The magazine, frequently accused of a leftward drift, proved every critic correct with its misleading attack on fellow believers. It was sad to read.
In order to make the case for impeachment — a constitutional and legal matter that is being contested at every turn — Mark Galli, the author, concludes that it “is not a matter of partisan loyalties but loyalty to the Creator of the Ten Commandments.” Unfortunately, Galli chose to do something that evangelicals involved in public policy are accused of doing all the time.
The organization I lead, Concerned Women for America, the largest public policy organization for women in the nation, is opposed to this impeachment. We believe it is a sham because the facts presented do not meet the high bar set by the Constitution. But you have not and will not hear us say that if you do not believe as we do on impeachment, then you are opposing “the Creator of the Ten Commandments.” How silly would that be? How pompous, arrogant, prideful, pharisaical, and un-Christian would that be?
No one is arguing that Trump or his administration or his policies are perfect. I have been blessed to meet and even dine with Trump. Like most of us, he is on a complicated spiritual journey that he began with little understanding of the Gospel. Only God knows what’s in his heart. And in order to share God’s word, wise counsel, and encouragement of his “better angels,” I have made a conscious choice to praise his administration publicly and correct it privately. Christianity Today prefers to stand on the outside and cast aspersions, while even condemning those who fail to take the same approach.
Galli decided his assertion that one cannot be both Christian and a Trump supporter needed to be in the pages of Christianity Today. Yet his silence about all other politicians has been deafening. I suspect that his “remember who you are and whom you serve” has brought embarrassment enough to the publication already.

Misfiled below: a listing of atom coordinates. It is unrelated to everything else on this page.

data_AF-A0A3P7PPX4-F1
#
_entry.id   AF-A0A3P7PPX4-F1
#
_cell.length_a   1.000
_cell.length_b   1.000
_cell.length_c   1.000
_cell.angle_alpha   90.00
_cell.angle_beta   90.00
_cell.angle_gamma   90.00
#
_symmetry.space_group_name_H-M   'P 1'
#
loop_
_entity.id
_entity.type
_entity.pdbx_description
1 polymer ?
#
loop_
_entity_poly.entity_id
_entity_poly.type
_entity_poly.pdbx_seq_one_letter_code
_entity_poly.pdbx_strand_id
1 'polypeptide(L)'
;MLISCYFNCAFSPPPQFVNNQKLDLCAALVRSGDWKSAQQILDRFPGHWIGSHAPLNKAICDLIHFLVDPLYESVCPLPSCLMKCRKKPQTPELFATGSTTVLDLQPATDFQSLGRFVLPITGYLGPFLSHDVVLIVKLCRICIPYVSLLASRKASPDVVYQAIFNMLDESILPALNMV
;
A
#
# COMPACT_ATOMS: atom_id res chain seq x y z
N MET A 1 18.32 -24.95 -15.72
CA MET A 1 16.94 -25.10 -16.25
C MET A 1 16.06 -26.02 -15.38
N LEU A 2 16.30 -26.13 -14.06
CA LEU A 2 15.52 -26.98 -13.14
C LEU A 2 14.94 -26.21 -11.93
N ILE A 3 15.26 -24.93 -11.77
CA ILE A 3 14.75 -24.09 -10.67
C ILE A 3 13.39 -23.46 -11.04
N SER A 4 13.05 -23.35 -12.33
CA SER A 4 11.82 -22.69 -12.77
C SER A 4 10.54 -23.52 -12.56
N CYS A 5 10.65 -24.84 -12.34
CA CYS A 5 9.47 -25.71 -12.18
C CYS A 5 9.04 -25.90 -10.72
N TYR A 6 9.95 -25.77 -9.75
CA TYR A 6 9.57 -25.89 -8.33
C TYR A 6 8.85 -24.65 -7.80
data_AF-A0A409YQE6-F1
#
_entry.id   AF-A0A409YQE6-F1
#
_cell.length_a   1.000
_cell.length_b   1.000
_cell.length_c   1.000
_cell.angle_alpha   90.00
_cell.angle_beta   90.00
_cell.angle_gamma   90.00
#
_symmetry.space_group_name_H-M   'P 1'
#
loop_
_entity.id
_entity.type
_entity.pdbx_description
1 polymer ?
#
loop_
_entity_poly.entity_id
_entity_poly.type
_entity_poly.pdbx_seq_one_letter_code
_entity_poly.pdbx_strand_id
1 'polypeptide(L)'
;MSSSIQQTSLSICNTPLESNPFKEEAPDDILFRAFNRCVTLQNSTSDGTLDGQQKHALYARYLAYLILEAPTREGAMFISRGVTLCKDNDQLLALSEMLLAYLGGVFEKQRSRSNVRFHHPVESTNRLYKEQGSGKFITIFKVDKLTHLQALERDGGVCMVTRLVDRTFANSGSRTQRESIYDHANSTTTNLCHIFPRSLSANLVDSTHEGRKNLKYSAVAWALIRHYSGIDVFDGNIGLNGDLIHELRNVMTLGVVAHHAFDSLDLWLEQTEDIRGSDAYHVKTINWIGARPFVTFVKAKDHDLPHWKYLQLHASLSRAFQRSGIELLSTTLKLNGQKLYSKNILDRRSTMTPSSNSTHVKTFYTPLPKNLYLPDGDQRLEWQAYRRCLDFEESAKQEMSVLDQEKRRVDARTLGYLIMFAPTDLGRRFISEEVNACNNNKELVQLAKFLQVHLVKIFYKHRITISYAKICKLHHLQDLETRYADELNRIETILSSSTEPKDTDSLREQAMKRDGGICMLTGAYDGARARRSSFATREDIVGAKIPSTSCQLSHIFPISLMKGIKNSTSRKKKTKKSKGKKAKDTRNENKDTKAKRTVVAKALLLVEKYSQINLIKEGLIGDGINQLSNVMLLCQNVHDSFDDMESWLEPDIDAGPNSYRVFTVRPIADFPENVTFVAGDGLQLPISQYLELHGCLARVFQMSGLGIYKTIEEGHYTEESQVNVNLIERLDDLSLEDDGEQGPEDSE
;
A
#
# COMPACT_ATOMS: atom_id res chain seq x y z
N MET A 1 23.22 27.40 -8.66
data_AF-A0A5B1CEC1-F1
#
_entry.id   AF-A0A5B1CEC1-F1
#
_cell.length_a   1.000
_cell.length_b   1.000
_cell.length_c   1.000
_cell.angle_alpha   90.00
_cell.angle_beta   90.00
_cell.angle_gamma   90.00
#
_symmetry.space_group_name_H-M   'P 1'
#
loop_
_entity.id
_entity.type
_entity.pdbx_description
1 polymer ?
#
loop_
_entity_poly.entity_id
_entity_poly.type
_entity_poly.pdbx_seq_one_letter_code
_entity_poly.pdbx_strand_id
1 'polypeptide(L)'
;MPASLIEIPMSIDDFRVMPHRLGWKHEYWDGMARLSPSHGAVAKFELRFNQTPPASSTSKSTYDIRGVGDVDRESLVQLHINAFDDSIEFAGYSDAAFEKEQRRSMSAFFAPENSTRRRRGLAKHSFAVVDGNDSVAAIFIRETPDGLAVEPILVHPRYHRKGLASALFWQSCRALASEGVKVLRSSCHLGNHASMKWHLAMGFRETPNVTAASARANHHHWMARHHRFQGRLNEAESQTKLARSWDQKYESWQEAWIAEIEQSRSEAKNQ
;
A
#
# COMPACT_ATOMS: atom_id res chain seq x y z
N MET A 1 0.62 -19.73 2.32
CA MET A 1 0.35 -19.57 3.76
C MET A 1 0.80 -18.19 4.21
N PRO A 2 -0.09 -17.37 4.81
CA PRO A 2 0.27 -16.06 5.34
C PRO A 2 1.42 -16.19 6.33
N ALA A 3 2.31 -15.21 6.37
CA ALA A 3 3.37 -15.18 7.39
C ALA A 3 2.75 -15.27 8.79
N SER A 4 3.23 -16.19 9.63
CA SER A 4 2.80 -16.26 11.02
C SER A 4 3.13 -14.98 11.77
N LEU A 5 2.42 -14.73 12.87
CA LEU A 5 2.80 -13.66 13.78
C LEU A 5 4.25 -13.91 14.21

In fact, its president and CEO, Timothy Dalrymple, has already felt the need to come out with an explanation of the disastrous editorial. Regrettably, it was just as dubious as the original piece. Dalrymple would have us ignore the way Galli wrote as speaking for the institution. “CT does not have an editorial board,” he wrote. “Editors publish under their own names.”
But at least he admits the obvious. Their hatred of President Trump is not about the “unambiguous” facts for impeachment, as Galli slyly claimed. “Galli’s editorial focused on the impeachment, but it was clear the issues are deeper and broader. Reasonable people can differ when it comes to the flagrantly partisan impeachment process. But this is not merely about impeachment, or even merely about President Trump,” he wrote.
So I guess it is not about loyalty to the Creator, after all. Reasonable people can differ — imagine that.
Still, Christianity Today’s president is as clueless as Galli about Christian involvement in public policy. He also commands us to “consider whether they have given to Caesar what belongs only to God: their unconditional loyalty.” That evangelical strawman is easier to tumble, but it is not a real argument either. Christian conservatives most certainly do give not unconditional loyalty to Trump, nor to any man. But, of course, Galli and Dalrymple know that already.
Dalrymple describes the choice that Christians faced in 2016 as follows: “Vote for a pro-choice candidate whose policies would advance so much of what we oppose, or vote for an extravagantly immoral candidate who could well damage the standing of the republic and the witness of the church.”
This ludicrous formulation is so inane as to take one’s breath away. Even graciously giving him his unfounded, amorphous point about “damage to our witness,” Dalrymple is misrepresenting the actual choice in the last presidential election. At most, it was a choice between two different candidates who were both “extravagantly immoral” and “could well damage the standing of the republic and the witness of the church.” It’s just that one of them supported abortion, placed gay and transgender rights above religious liberty, and promised to appoint radical judicial activists to the courts.
In that context, it is not hard to understand why evangelicals gravitated toward and tend to support Trump. But Christianity Today disapproves of and in fact now condemns them for violating God’s law.
It is one thing to show off their poor grasp of public policy, but couldn’t Galli and Dalrymple at least make their case in an honest, respectful way?
Dalrymple is an astute businessman. He knows the damage that he and Galli have caused. Now he has come up with a clever marketing plan to “invite authors who represent a variety of viewpoints” to publish a series in January. That would have been wiser before this fiasco. A straightforward apology right after the editorial would have been second-best.
Having botched that too, here’s hoping that Christianity Today does nothing to damage our witness further.
Penny Nance is the president and CEO of Concerned Women for America.